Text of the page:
So in keeping tradition with sleepovers, I fell asleep without meaning to.

However, I falsely assumed since the were no younger brothers/sisters and/or parents in the house, that it would then be a quiet night.

I forgot about the dogs.

They chewed open the bag holding the bread sticks and ate them.

Oh, well, something have to stay the same.

Monday, October 19, 2009



Abdicate (v), to give up all hope of ever having a flat stomach.

Flatulence (n.) emergency vehicle that picks you up after you are run over by a steamroller.

Balderdash (n.), a rapidly receding hairline.

Giraffiti (n): Vandalism spray painted very, very high.

Decafalon (n.): The grueling day consuming only things that are good for you.

Dopeler effect (n): The tendency of stupid ideas to seem smarter when they come at you rapidly.

Arachnoleptic fit (n.): The frantic dance when you’ve walked through a spider web.

Friday, October 16, 2009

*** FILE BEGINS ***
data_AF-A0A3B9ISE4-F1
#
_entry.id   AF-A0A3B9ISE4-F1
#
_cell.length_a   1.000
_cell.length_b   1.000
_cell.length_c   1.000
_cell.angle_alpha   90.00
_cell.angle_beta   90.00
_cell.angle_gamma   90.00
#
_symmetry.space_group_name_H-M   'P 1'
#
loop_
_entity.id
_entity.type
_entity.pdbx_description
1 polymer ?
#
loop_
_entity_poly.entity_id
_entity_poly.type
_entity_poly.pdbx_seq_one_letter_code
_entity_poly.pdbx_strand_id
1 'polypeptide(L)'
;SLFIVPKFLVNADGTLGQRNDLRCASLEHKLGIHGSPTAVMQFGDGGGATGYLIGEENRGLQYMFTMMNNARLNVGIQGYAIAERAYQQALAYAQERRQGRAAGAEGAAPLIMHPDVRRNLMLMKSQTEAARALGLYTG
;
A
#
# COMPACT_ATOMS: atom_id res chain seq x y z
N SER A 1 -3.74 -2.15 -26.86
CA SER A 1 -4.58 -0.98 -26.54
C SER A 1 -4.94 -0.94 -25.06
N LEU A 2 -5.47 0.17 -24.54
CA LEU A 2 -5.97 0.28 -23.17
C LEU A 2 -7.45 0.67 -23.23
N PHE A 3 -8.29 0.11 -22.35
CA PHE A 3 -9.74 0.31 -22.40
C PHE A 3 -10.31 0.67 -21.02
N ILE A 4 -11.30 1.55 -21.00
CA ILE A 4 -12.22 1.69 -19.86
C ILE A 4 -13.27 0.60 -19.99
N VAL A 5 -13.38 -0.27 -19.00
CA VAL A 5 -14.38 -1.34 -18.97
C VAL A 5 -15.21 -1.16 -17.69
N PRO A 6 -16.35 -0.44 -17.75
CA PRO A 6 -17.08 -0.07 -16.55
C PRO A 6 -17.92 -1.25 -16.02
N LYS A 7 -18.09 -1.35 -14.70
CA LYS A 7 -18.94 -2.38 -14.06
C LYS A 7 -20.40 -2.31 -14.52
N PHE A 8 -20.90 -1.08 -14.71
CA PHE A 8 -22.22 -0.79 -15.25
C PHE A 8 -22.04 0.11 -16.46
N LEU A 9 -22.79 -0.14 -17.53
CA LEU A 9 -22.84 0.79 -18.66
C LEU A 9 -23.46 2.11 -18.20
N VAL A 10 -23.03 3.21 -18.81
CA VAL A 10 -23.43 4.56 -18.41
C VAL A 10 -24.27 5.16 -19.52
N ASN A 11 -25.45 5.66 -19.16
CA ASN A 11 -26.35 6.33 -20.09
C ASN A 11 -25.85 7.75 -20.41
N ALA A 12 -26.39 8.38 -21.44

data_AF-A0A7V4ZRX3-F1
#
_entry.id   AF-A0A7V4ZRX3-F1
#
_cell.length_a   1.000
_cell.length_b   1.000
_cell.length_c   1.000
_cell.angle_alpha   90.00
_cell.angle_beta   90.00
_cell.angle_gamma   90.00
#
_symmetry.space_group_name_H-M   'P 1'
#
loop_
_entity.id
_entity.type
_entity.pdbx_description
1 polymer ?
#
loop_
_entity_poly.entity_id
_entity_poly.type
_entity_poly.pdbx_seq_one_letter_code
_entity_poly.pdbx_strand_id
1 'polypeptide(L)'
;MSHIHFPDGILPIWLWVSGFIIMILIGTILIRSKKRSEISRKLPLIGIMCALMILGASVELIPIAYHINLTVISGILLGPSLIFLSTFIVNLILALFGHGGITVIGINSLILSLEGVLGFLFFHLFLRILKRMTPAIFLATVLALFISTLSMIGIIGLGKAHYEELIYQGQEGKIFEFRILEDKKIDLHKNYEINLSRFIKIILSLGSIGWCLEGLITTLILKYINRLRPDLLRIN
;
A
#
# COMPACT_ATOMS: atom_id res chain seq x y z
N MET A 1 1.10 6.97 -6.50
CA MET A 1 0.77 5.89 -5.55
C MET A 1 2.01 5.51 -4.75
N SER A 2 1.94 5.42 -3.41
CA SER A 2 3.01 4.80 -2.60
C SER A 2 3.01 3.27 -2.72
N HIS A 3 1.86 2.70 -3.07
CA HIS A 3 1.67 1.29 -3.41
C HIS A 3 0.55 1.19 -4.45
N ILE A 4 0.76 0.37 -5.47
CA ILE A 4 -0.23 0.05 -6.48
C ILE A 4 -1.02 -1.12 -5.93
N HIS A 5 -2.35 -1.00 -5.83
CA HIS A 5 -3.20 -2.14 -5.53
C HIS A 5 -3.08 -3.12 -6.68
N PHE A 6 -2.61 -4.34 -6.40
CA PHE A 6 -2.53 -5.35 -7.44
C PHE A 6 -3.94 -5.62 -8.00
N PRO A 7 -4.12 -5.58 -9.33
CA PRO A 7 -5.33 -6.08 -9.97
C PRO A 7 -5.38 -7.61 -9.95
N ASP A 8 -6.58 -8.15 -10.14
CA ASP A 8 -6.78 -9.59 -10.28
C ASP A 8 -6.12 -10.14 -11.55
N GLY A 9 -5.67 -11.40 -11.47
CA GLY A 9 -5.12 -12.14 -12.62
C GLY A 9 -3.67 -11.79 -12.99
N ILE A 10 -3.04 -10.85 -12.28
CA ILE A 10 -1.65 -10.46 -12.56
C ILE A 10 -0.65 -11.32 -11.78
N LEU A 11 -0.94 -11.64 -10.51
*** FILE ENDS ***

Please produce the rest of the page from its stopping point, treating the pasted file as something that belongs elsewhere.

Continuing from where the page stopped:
I'm not a shoe person.

At all.

I have a pair of clogs that I wear to church - one junky pair of running shoes that I use around the horses - and one pair of not-quite-so-junky running shoes that I wear when I go into town.

In my closet are probably twelve pairs of shoes that I have bought, worn maybe three times, and feel slightly guilty every time I see them - like I am personally insulting them by not wearing them.

But I am absolutely hooked on this song.

And while I HATE HATE HATE music videos (to badly paraphrase an old Bloom County cartoon, it puts images of exploding porpoises in your head). click on the youtube link and DON'T LOOK AT THE MONITOR, just listen to the song.

It just makes me happy. And I hope the music makes you happy also.